From virtually every field of endeavor, speed surfaces as one of the most important elements for successfully implementing a strategy. As pointed out, this imperative does not mean reckless or impulsive movement. It does forewarn, however, that once careful and prudent estimates have been made, hesitation and indecision become your enemies.
From a total company viewpoint, and within a global setting, speed impacts a number of managerial, organizational, and competitive issues. Your aim is to move forward immediately to “blunt [your competitor’s] keen edge.” For instance, it affects such areas as
How you organize your company’s or business unit’s pecking order so that your decisions flow smoothly without getting stuck in a maze of managerial layers, which can result in distortions and misinterpretations of what was originally intended
How fast you react to a global competitor oceans away, where his clear-cut aim is to feed off your customers and erode your market position in your local marketplace
How confident you are in your business plan, so that strategies and tactics planned in advance are set in motion in a timely manner—rather than react with hasty, fits-and-starts movements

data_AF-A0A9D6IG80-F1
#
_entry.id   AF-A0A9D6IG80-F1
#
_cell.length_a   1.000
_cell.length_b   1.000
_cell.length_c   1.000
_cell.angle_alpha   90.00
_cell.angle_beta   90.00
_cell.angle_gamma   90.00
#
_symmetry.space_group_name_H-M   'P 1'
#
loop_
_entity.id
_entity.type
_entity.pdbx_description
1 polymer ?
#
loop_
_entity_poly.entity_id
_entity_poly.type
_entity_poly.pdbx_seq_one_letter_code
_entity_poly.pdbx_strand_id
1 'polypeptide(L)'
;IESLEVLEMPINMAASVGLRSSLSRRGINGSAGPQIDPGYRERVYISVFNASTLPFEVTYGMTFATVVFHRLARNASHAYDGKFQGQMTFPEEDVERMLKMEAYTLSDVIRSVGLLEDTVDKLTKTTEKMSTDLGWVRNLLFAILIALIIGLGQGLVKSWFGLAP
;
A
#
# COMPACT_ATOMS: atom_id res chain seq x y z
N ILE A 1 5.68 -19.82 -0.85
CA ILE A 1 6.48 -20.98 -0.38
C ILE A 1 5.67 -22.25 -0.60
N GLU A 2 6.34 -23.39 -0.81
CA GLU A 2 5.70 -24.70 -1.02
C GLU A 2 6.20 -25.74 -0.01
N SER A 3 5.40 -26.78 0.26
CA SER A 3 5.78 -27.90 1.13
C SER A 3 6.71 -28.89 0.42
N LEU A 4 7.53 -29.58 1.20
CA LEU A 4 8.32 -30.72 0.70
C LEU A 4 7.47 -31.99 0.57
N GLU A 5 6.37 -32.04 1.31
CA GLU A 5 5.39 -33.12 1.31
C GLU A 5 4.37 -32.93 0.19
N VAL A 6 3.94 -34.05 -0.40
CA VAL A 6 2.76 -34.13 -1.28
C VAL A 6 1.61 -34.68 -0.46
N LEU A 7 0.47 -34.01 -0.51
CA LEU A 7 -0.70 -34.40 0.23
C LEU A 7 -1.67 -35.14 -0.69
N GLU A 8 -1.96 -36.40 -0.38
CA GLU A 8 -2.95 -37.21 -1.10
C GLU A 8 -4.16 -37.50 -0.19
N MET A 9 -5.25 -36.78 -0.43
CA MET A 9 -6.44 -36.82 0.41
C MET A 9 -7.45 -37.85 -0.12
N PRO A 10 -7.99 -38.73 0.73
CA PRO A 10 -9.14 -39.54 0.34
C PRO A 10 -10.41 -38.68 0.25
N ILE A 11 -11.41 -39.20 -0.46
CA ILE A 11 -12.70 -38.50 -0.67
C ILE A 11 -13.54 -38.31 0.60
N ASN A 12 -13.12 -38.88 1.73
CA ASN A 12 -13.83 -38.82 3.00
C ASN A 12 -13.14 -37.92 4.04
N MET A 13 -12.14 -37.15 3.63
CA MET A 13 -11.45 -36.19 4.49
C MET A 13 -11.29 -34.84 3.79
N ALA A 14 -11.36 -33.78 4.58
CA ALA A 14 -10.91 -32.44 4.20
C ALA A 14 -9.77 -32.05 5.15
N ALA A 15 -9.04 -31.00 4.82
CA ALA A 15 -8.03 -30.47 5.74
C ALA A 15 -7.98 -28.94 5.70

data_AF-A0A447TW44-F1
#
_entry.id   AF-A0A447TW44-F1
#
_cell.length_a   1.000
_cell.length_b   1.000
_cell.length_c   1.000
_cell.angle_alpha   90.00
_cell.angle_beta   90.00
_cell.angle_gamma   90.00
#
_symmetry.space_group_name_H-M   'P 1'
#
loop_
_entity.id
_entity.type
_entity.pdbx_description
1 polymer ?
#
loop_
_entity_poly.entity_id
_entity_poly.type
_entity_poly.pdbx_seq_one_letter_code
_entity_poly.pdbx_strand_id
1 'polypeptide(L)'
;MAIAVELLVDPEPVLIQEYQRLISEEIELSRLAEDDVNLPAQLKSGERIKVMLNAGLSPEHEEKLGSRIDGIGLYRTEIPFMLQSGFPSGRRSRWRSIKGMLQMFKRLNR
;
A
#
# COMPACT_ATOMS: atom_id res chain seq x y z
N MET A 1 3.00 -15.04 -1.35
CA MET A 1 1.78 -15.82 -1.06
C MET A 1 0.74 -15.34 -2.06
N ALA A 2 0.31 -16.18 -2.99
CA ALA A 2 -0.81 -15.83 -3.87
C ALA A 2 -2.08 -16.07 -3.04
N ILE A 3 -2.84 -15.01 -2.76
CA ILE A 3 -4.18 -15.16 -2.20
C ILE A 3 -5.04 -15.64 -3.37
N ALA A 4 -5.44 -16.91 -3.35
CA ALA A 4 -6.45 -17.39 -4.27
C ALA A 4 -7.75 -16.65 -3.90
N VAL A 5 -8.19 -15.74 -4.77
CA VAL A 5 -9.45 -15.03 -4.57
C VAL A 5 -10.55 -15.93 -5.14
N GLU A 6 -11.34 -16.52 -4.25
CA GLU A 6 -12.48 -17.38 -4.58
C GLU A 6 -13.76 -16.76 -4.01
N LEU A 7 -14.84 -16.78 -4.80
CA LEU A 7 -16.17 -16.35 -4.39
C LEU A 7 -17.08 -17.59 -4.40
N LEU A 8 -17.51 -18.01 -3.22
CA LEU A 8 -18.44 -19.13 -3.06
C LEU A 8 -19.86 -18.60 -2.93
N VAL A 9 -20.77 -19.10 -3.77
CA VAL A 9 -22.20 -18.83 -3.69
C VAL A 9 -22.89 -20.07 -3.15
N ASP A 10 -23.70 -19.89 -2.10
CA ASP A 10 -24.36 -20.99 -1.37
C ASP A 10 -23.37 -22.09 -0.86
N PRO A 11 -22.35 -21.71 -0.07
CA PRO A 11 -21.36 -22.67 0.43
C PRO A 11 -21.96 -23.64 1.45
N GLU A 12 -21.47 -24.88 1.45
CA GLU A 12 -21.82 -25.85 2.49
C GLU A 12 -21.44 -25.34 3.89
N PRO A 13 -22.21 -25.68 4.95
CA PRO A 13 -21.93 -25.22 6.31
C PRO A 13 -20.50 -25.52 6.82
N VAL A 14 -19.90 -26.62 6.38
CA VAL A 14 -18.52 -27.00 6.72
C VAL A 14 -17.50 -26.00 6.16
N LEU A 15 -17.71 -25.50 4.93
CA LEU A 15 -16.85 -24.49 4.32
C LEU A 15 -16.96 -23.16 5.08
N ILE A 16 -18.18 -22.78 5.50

How and when you launch a new product to gain a competitive edge and secure a favorable share-of-mind position among early adopters
How rapidly you harness the exceptional advantages of the Internet and integrate it into your internal operations, so that the technology impacts favorably on customer solutions
How fast you adopt new systems to foster virtual communications within your organization and along the entire supply-chain
There is no instance of a country having benefited from prolonged warfare.
In sum, Sun Tzu’s sage advice is readily transferable to a competitive confrontation you may face. That is, tardiness would unquestionably affect many of the internal functions of your organization and influence your ability to “stabilize the morale” of your employees. Further, sluggishness, often identified as an ingrained cultural trait of the organization, could (if it exists in your firm) reflect on your managerial style and, in turn, could inhibit your ability to lead under real-time market and competitive conditions. Therefore, you can improve your chances for securing a competitive lead by acting with speed.